Five tips for moderating online forum discussions
There is a growing range of approaches for conducting online qualitative research; from online focus groups, to depth interviews, to forum discussions, to video enabled options. Each of these requires complementary, but subtly different sets of strengths.
Of all of these approaches, the one that is perhaps most accessible to the non-research is the online forum discussion. However, accessible does not mean that it should be used without some thought to how it should be used and how to get the most from an online forum discussion. To help newcomers to the field of online forum discussions, Vision Critical University has created a Best Practices paper which you can access by clicking here.
However, I thought it might be useful to share a description of where this technique fits in the wider picture and five key tips for using an online discussion forum.
An online discussion forum is an example of an asynchronous group and uses approaches similar to those used for discussions in social media or on bulletin boards. By asynchronous we mean that members do not need to be online at the same time as the moderator, or as each other. The opposite of asynchronous is synchronous, for example a focus group, where everybody takes part at the same time.
The word “group” is in contrast to something like a depth interview, where each exchange is just between one participant and the moderator. The purpose of a group is to explore interaction and to facilitate group dynamics.
Five Tips for Online Discussion Forums
- Have a forum plan. Write down and agree with your client, what are the objectives for the forum, how many days will it last, what topics are going to be covered, and what stimulus material will be used? For a project that is only going to last a few days you should write down all the questions you expect to ask – although you will modify these as the discussion evolves.
- When recruiting people, when inviting them, and periodically throughout the project, remind people of the ‘rules’. For example, how are they supposed to access the discussion, how frequently should they be posting, is there an incentive and if so what is the incentive and what do they have to do to qualify for the incentive, and what sort of behaviour is unacceptable?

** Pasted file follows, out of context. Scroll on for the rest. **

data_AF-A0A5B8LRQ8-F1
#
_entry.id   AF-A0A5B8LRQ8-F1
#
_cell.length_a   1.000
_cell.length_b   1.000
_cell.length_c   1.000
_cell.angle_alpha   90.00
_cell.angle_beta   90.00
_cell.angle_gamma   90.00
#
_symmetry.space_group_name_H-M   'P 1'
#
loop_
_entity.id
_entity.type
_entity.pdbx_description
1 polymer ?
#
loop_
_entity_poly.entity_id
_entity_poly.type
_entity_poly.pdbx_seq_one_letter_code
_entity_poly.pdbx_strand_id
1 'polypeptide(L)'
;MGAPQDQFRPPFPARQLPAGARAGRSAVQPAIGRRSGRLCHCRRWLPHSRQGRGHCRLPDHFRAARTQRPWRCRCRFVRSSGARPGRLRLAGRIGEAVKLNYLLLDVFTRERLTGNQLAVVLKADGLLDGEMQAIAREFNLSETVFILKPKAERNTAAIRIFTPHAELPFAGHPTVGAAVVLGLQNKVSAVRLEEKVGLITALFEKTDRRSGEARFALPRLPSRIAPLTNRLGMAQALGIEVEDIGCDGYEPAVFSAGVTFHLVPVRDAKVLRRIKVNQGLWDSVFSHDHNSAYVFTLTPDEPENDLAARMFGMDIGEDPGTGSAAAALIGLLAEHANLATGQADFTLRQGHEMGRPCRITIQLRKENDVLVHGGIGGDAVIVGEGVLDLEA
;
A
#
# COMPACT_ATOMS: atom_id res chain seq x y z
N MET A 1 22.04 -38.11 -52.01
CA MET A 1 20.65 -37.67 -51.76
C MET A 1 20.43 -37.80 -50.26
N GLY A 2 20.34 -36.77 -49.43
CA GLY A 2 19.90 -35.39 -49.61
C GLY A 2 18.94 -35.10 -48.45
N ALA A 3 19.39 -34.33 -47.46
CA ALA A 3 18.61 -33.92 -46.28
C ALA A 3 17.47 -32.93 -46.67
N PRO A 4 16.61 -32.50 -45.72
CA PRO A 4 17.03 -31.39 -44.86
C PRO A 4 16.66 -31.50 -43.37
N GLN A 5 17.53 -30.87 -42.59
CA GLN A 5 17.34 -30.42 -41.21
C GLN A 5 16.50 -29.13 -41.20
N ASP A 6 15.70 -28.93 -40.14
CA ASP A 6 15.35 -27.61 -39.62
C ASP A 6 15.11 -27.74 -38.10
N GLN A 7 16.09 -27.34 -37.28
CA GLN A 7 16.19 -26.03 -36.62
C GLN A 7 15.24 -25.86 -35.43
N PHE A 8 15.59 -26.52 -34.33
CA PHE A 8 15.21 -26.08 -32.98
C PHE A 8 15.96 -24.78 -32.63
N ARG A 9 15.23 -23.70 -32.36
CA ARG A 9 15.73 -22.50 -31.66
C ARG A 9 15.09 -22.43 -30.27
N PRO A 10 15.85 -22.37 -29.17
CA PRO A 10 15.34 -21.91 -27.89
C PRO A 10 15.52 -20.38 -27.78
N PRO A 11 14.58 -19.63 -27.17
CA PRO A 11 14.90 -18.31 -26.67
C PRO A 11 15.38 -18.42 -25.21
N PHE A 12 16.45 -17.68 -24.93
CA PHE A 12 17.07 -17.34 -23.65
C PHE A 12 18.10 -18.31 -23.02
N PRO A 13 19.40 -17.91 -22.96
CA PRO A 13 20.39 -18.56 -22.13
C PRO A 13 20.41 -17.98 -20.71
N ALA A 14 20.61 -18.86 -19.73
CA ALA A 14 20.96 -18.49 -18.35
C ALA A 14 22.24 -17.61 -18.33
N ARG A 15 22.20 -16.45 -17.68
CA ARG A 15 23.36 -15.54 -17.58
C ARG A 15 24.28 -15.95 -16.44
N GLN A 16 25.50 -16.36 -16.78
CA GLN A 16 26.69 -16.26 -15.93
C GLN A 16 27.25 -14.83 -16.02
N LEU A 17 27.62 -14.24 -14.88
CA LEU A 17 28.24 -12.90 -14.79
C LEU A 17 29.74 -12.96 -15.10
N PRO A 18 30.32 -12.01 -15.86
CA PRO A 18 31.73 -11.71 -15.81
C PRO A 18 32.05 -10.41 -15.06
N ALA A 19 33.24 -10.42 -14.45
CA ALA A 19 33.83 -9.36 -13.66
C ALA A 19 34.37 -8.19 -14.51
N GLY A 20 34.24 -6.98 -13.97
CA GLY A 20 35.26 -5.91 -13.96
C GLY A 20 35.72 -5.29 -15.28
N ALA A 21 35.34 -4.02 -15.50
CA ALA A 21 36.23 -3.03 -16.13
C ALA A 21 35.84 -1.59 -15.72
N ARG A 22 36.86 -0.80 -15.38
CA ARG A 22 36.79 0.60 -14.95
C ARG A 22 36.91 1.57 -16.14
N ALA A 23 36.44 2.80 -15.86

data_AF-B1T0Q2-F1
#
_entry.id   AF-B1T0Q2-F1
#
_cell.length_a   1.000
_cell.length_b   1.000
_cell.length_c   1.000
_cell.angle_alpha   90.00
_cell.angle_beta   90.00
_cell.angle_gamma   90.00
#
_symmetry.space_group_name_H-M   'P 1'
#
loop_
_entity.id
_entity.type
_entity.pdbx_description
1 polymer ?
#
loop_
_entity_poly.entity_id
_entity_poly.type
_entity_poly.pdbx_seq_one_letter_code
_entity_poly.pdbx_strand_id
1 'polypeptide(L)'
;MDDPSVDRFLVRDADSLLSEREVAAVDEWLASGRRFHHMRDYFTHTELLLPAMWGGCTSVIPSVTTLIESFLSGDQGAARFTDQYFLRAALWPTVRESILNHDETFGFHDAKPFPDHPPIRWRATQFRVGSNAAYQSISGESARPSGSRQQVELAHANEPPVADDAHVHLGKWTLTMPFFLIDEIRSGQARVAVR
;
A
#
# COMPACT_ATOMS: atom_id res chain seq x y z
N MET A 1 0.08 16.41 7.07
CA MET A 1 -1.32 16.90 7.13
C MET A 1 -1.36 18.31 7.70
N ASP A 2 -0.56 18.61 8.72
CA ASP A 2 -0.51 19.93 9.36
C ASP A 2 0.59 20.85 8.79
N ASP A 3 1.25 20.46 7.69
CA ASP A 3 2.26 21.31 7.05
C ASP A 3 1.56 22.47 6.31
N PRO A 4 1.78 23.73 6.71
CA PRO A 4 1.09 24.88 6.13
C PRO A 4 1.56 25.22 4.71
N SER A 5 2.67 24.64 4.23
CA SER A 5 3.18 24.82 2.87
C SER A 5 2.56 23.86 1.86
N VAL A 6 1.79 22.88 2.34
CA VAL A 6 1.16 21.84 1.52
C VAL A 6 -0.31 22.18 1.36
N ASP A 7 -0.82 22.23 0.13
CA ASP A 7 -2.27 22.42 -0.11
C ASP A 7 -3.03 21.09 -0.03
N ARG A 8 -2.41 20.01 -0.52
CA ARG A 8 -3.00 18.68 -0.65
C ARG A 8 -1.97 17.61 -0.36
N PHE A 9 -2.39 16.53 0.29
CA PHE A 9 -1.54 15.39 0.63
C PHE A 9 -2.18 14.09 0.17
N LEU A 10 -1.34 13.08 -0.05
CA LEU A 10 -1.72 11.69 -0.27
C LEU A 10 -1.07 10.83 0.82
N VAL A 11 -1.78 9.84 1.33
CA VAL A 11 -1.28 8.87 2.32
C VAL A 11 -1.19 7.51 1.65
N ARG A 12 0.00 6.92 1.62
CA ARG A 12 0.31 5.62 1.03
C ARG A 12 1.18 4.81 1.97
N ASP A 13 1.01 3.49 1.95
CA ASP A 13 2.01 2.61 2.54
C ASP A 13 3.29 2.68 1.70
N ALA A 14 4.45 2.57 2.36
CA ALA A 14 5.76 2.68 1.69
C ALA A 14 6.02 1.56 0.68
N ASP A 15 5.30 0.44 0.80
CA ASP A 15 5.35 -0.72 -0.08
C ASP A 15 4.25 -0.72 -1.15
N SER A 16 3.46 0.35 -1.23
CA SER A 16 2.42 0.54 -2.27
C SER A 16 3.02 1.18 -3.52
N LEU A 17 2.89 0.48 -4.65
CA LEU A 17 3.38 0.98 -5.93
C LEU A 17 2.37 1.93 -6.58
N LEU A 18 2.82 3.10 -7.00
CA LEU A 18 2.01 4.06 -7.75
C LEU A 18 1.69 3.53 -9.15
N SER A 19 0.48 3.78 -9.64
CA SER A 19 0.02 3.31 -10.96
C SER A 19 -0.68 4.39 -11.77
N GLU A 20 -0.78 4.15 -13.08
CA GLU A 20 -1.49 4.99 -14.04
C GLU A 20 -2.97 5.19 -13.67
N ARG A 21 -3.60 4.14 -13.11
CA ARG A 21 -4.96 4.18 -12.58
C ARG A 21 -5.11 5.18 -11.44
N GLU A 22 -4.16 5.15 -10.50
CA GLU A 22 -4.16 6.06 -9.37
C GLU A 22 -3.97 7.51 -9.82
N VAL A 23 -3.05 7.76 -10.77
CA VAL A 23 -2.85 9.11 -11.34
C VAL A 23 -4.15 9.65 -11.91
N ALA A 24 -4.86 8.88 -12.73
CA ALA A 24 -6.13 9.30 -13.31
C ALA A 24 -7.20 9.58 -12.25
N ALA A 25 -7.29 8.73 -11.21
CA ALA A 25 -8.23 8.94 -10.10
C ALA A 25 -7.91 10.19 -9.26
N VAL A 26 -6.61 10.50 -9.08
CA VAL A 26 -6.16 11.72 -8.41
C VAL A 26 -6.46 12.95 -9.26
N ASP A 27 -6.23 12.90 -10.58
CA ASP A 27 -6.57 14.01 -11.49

- Start with easy questions. For example ask people to introduce themselves, or show them something and ask what they like about it and what they don’t like. Do not start with embarrassing questions about their own behaviour or by asking them to co-create some new product design.
- Have some tricks ready to keep the conversation going or move it on. Asking people to create lists is a good way of stimulating activity, and it can be a good first step into co-creation. Asking people, “Who else has had the same experience?” can help flesh out a description or story.
- Remember, the analysis starts at the beginning. Do not wait until the end to start working with the text. Add notes, tags, and memos as the discussion unfolds. Develop hypotheses as the discussion progresses and then test these hypotheses via questions and problems.
So, in the spirit of co-creation and lists, if you were adding a 6th recommendation or tip to this list, what would it be?
Ray Poynter, Vision Critical University
Ray is the Director of Vision Critical University, the author of The Handbook of Online and Social Media Research, the creator of NewMR.org, and is in constant demand as a conference speaker, contributing author, workshop leader, and advisor. Ray describes his role in Vision Critical as chief noisemaker and iconoclast.
Tags: forum discussions, forum moderation, in-depth interviews, online focus groups, online forum discussions, qualitative research